Cidrerie du Vulcain
- Location: Fribourg, Switzerland Origin of Name: the local Vulcan butterfly that feeds on the juice of fallen apples
- Total Trees: 150- 200
- Fruits: Ancient native apple, pear, and quince varieties
- Agriculture: Organic
- Vinification: Indigenous yeasts, method ancestrale, light Kieselguhr or diactomaceous earth filtration
Jacques Perritaz is a ruggedly handsome forty-something year old who could easily play the part of the outdoorsy love interest in an ecological doomsday movie. And he doesn’t just look the part: until his cidrerie took off, he was a biologist working for the Swiss government on the preservation of natural habitats.
He also kept as a side-project a herd of twenty endangered Swiss goats (chèvres bottées), that he rented out to clear brush from isolated pastures (chèvres débrousailleuses). This ended abruptly one winter night when all the goats vanished. Wolves? Some thought as much. The following spring after the snow melted, Jacques found several goat skulls. But they were scattered over miles whereas wolves don’t take their food to go, they leave what they don’t eat right there on the scene of the slaughter. The sudden disappearance of Jacques’ goats remains an unsolved, sinister mystery.
Jacques lives in Le Mouret, a small village south of Fribourg on the fringes of “La” Gruyère, the Swiss region where “le” Gruyère cheese and the best cream in the world are made. Wolves aside, it is idyllic. Perched high in the pastures, under pine trees and the snow-capped Alps, isolated chalets watch over black and white Fribourgeoises cows munching lazily on grass and buttercups. It would not come as a surprise if several of the girls in Le Mouret were named Heidi.
Since we’re on the subject of mythological children, traveling through Switzerland feels very much as if you were Dorothy or Alice or those kids in Narnia: suddenly transported to a strange world —in this case, a never ending succession of landscape postcards, so improbably beautiful they look neoclassical, painted by Maxfield Parrish.
The Swiss are very concerned with the preservation of their country’s splendid landscapes. At the outset of his biology studies, Jacques found steady freelance work with the government, studying and reporting on the management and preservation of natural habitats, eventually specializing in rare native plants. As fulfilling as this kind of work sounds, Jacques spent a lot of time at his computer typing away at reports. He grew bored and antsy. The goats had provided a first step towards emancipation but he also toyed with the idea of making wine, so he completed short internships with several Swiss wineries.
But during his missions, Jacques had frequently spotted neglected apple and pear trees; he had looked into them. They were one or two hundred year-old trees from ancient cider varieties. Sometimes they grew in tiny orchards but more often they were just scattered, two or three at a time, in pastures. They were remnants of a bygone polyculture, when farmers could make extra income by also using their pastures to grow fruit trees and sell their produce to a once thriving local cider industry.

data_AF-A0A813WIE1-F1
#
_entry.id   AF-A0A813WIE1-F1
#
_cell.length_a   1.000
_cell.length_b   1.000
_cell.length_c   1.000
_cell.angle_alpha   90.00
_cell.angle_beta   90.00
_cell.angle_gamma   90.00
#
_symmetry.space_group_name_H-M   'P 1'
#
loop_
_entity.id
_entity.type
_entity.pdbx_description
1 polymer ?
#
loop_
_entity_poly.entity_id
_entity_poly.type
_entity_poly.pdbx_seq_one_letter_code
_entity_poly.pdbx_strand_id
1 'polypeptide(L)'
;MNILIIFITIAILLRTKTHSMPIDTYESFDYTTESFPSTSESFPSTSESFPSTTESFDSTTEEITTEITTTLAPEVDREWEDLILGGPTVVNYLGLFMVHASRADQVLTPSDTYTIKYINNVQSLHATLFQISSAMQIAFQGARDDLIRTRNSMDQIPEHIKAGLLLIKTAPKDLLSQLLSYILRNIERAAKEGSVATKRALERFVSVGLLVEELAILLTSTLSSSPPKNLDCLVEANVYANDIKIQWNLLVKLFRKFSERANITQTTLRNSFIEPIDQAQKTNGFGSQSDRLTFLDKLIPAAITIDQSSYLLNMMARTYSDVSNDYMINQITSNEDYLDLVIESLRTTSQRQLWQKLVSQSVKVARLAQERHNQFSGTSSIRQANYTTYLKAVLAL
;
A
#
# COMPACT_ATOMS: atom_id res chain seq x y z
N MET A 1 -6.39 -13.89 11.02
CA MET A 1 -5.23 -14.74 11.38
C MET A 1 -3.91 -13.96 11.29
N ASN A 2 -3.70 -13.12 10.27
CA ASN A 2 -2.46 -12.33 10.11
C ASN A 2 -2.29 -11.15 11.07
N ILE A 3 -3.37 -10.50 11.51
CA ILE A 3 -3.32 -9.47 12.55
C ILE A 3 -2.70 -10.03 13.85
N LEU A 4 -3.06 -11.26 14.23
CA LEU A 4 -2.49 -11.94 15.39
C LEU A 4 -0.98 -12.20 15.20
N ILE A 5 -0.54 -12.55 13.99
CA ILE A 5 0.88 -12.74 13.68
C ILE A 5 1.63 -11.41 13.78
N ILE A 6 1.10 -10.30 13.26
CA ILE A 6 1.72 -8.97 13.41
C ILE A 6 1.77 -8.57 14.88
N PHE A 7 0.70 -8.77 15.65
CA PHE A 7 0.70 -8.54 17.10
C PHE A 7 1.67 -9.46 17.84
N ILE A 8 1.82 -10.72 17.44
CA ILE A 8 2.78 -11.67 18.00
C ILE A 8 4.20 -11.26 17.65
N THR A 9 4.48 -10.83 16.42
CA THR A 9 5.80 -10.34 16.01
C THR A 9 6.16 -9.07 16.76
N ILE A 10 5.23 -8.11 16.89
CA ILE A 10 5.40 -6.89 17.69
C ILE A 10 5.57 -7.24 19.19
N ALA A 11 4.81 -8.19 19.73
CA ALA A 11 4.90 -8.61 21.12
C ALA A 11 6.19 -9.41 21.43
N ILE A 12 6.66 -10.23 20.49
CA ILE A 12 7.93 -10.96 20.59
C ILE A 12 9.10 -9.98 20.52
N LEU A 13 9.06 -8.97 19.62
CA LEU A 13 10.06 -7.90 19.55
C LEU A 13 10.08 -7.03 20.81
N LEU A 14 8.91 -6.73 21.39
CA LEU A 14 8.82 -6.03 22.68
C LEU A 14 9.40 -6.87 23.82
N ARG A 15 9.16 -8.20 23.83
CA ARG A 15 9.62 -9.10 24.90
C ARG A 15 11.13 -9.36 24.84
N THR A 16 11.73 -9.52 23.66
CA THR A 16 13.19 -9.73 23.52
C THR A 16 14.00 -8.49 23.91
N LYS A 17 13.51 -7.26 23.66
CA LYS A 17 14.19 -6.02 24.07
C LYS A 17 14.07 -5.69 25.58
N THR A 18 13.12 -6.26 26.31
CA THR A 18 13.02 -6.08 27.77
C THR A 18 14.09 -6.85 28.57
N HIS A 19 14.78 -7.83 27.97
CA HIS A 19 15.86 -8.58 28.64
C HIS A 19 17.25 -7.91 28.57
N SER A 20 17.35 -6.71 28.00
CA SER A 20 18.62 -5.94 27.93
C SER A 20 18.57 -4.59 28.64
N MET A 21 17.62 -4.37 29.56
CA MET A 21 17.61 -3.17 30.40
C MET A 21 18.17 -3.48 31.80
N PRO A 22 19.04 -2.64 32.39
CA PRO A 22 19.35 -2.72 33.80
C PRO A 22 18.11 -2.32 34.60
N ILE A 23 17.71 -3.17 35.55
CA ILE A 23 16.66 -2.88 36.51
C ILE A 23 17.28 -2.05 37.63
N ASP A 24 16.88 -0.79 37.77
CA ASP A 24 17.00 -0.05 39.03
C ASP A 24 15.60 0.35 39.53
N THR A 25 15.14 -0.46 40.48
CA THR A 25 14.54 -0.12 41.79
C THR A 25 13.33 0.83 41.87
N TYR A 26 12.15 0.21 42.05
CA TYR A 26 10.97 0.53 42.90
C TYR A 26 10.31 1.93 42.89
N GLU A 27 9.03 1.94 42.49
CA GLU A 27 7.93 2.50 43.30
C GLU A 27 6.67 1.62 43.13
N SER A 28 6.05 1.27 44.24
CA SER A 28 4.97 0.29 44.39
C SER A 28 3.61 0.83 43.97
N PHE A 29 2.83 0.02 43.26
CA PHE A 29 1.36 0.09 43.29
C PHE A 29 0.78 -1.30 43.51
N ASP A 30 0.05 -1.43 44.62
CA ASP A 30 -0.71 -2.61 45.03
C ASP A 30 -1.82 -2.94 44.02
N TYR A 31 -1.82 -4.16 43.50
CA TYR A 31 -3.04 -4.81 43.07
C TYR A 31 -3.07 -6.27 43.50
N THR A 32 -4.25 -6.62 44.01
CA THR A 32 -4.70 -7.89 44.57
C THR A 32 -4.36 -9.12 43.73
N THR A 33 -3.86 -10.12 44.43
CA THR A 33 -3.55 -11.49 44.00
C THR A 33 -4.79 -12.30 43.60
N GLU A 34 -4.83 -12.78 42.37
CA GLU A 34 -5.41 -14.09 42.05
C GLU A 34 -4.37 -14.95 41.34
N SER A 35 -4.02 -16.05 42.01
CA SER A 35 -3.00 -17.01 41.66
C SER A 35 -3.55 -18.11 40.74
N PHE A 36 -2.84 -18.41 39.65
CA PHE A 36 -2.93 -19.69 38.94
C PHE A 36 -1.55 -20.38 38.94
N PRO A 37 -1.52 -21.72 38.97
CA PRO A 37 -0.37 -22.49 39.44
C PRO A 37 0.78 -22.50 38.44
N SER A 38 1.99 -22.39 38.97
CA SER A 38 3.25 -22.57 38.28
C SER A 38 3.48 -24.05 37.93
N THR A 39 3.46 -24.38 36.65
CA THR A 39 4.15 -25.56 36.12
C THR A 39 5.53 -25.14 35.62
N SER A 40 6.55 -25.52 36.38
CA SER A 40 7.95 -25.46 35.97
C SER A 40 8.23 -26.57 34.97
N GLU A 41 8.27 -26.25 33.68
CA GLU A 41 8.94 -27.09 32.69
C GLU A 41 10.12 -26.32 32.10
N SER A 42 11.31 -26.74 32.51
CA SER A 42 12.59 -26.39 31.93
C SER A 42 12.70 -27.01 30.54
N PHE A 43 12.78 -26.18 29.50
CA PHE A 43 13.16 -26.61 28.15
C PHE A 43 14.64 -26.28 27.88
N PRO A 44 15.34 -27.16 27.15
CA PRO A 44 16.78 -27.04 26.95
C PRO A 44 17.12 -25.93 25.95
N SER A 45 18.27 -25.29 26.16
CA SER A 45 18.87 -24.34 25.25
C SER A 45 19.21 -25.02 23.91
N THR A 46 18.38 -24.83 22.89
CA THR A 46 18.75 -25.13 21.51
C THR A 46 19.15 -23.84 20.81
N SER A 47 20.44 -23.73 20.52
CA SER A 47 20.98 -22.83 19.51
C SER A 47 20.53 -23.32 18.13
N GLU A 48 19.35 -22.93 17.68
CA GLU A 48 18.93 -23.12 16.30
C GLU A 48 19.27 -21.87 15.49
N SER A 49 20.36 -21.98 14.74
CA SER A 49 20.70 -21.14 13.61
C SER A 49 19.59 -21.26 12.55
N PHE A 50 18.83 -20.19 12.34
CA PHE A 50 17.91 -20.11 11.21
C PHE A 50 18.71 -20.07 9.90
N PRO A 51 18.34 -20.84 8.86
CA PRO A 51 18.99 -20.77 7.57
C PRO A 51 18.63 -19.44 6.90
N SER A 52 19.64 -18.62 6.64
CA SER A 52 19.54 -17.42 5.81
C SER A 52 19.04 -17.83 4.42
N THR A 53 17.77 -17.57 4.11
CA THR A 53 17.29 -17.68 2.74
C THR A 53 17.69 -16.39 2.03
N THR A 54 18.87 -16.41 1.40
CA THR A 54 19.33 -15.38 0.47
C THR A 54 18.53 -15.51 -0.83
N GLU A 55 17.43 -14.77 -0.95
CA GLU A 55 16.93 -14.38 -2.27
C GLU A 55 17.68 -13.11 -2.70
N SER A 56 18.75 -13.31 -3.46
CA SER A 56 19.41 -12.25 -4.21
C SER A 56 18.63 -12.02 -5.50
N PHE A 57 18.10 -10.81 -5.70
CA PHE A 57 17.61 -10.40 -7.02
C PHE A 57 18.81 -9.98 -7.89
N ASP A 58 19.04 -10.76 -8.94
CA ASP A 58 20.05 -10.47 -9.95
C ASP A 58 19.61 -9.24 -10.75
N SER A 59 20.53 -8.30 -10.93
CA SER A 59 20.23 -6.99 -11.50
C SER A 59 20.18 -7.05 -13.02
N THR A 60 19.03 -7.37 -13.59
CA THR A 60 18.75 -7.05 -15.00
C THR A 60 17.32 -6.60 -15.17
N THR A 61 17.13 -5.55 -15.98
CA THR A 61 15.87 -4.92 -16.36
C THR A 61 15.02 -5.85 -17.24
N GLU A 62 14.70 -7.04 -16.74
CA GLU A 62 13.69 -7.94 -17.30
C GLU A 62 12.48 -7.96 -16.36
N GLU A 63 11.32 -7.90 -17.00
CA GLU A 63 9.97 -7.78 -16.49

Now, at harvest time, the fruit was left to fall on the ground. Jacques felt bad for the trees. If someone didn’t find something to do with the fruit, these ancient selections were bound to disappear. So, in 2000, he knocked on doors closest to some of the trees he has spotted, found their owners, and asked if he could harvest their fruit. This was not a problem. The owners had no use for them. The fruit secured, Jacques bought a small press and a few tanks, and made his first cider. Over the subsequent five years, his cider production grew to about 250 cases annually — not a career but an increasingly invasive hobby, yet Jacques was convinced there was a possibility of making ciders as interesting as good wine, and that there was a market for them, somewhere.
In 2006, Jacques was vacationing in Normandy where he met an old farmer. Their conversation quickly turned to cider (Normandy is France’s first cider producing region.) “You should go visit this guy in Hauteville”, the farmer raved, “he sells his Poiré for 10 euros!" The farmer thought about the price for a second. "Something’s wrong”, he added warily. In France, success is often greeted with suspicions of malfeasance.
The guy in Hauteville turned out to be Eric Bordelet and the chance encounter changed Jacques’ life: “Bordelet was making cider like others made great wine. And he was selling them. It was possible.” Jacques borrowed money to invest in equipment, particularly a bottling line (until then he had used an inefficient small hand-bottling contraption) and began producing cider on a commercial scale.
Eric, who is normally secretive with other cider producers about his methods, has remained a mentor to Jacques. At the Renaissance des Appellations in Angers in 2015, Eric told us “I usually don’t share my secrets with others. But I like what Jacques is doing.”